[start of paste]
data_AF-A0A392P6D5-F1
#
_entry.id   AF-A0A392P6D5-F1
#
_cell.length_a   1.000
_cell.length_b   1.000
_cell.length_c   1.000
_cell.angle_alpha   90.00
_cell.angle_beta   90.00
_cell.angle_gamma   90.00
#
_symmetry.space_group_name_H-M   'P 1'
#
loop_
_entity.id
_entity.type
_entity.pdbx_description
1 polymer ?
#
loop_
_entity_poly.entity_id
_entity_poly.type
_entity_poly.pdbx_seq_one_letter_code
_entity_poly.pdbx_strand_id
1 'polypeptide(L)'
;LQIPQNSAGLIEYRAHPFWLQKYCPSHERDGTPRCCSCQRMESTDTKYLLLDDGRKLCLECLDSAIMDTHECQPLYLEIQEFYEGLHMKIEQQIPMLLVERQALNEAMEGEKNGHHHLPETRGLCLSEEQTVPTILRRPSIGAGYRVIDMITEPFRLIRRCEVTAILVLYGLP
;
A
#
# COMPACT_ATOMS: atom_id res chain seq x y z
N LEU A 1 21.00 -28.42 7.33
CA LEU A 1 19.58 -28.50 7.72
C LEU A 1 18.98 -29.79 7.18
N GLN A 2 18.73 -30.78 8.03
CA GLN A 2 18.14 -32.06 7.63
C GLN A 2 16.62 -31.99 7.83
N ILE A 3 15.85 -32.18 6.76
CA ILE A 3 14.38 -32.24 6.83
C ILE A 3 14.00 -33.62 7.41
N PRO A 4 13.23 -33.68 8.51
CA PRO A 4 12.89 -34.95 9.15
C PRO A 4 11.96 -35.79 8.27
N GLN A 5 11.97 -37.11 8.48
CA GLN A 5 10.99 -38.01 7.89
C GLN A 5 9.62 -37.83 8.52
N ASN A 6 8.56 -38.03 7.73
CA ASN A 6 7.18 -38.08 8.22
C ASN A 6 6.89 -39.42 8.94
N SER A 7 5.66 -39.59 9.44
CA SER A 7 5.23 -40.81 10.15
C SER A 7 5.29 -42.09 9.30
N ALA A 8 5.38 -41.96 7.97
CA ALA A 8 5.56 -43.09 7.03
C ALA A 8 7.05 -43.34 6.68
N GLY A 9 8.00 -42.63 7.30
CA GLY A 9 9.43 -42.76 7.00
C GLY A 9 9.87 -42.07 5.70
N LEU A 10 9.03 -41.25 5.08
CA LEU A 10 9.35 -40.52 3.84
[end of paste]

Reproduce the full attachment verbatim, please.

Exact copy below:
data_AF-A0A392P6D5-F1
#
_entry.id   AF-A0A392P6D5-F1
#
_cell.length_a   1.000
_cell.length_b   1.000
_cell.length_c   1.000
_cell.angle_alpha   90.00
_cell.angle_beta   90.00
_cell.angle_gamma   90.00
#
_symmetry.space_group_name_H-M   'P 1'
#
loop_
_entity.id
_entity.type
_entity.pdbx_description
1 polymer ?
#
loop_
_entity_poly.entity_id
_entity_poly.type
_entity_poly.pdbx_seq_one_letter_code
_entity_poly.pdbx_strand_id
1 'polypeptide(L)'
;LQIPQNSAGLIEYRAHPFWLQKYCPSHERDGTPRCCSCQRMESTDTKYLLLDDGRKLCLECLDSAIMDTHECQPLYLEIQEFYEGLHMKIEQQIPMLLVERQALNEAMEGEKNGHHHLPETRGLCLSEEQTVPTILRRPSIGAGYRVIDMITEPFRLIRRCEVTAILVLYGLP
;
A
#
# COMPACT_ATOMS: atom_id res chain seq x y z
N LEU A 1 21.00 -28.42 7.33
CA LEU A 1 19.58 -28.50 7.72
C LEU A 1 18.98 -29.79 7.18
N GLN A 2 18.73 -30.78 8.03
CA GLN A 2 18.14 -32.06 7.63
C GLN A 2 16.62 -31.99 7.83
N ILE A 3 15.85 -32.18 6.76
CA ILE A 3 14.38 -32.24 6.83
C ILE A 3 14.00 -33.62 7.41
N PRO A 4 13.23 -33.68 8.51
CA PRO A 4 12.89 -34.95 9.15
C PRO A 4 11.96 -35.79 8.27
N GLN A 5 11.97 -37.11 8.48
CA GLN A 5 10.99 -38.01 7.89
C GLN A 5 9.62 -37.83 8.52
N ASN A 6 8.56 -38.03 7.73
CA ASN A 6 7.18 -38.08 8.22
C ASN A 6 6.89 -39.42 8.94
N SER A 7 5.66 -39.59 9.44
CA SER A 7 5.23 -40.81 10.15
C SER A 7 5.29 -42.09 9.30
N ALA A 8 5.38 -41.96 7.97
CA ALA A 8 5.56 -43.09 7.03
C ALA A 8 7.05 -43.34 6.68
N GLY A 9 8.00 -42.63 7.30
CA GLY A 9 9.43 -42.76 7.00
C GLY A 9 9.87 -42.07 5.70
N LEU A 10 9.03 -41.25 5.08
CA LEU A 10 9.35 -40.52 3.84